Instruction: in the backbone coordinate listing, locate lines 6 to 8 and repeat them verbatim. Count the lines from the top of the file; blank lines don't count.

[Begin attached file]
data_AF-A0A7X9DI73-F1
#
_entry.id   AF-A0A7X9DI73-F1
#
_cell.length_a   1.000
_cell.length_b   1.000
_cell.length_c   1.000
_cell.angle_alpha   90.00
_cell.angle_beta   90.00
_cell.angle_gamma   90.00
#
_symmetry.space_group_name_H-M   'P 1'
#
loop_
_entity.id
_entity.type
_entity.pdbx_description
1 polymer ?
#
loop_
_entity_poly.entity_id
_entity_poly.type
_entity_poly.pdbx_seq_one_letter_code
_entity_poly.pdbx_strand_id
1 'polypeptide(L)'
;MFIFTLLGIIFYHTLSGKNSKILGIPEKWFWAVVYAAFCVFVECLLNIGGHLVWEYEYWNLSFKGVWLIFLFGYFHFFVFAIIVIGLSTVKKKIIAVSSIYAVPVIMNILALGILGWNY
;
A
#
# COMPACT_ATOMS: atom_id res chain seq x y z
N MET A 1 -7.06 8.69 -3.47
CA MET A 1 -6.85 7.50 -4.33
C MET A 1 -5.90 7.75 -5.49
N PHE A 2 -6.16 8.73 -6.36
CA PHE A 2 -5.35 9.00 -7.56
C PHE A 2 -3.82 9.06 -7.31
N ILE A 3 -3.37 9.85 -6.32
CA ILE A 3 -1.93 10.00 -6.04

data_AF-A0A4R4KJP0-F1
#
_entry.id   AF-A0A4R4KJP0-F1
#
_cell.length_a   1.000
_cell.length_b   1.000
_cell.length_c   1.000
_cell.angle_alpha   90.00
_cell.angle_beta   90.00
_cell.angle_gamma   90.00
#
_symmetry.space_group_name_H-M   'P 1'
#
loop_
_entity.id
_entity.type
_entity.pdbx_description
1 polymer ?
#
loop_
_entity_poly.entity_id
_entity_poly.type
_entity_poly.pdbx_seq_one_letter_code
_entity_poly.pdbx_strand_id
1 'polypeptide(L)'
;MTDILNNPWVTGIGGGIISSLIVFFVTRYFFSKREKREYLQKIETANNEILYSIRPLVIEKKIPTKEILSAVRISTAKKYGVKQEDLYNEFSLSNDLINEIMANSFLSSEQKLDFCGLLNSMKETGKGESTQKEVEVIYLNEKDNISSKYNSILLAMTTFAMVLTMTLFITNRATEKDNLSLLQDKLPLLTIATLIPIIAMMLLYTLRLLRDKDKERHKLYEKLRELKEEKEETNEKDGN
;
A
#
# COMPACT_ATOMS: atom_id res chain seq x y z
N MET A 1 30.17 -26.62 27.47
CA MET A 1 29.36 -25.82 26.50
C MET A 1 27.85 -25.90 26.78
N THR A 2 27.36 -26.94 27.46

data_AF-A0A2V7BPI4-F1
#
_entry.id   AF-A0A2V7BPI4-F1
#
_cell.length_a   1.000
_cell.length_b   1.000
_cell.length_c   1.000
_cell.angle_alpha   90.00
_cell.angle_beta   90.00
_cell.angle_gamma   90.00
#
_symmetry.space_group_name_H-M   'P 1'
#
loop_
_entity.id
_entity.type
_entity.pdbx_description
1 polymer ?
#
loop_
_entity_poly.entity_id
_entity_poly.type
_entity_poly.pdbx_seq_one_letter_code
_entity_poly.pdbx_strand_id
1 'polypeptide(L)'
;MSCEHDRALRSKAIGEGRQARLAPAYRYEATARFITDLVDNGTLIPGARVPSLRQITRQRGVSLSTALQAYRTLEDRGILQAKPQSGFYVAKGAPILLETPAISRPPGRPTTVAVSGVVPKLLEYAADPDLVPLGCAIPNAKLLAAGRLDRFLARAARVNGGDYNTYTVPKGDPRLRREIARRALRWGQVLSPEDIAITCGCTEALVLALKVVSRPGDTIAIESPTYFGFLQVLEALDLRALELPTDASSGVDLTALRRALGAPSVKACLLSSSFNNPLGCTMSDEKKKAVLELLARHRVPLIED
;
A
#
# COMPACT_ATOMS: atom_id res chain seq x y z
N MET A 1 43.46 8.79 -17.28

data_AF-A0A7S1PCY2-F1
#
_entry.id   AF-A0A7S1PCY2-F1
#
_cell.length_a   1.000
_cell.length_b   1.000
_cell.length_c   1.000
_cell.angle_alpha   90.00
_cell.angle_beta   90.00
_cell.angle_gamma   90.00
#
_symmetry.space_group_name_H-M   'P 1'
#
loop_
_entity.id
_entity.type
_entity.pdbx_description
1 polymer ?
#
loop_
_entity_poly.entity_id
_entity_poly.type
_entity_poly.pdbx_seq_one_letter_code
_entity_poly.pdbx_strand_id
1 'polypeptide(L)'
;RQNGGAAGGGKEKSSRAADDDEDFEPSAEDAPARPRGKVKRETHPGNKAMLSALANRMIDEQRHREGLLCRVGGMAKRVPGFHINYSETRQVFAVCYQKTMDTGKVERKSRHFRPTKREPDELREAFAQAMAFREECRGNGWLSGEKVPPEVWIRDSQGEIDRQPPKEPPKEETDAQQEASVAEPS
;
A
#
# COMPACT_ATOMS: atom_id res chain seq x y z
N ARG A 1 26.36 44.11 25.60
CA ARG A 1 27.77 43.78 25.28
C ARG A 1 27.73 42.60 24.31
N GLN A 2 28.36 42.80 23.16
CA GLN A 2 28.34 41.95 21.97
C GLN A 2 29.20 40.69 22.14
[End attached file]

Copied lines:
_cell.length_b   1.000
_cell.length_c   1.000
_cell.angle_alpha   90.00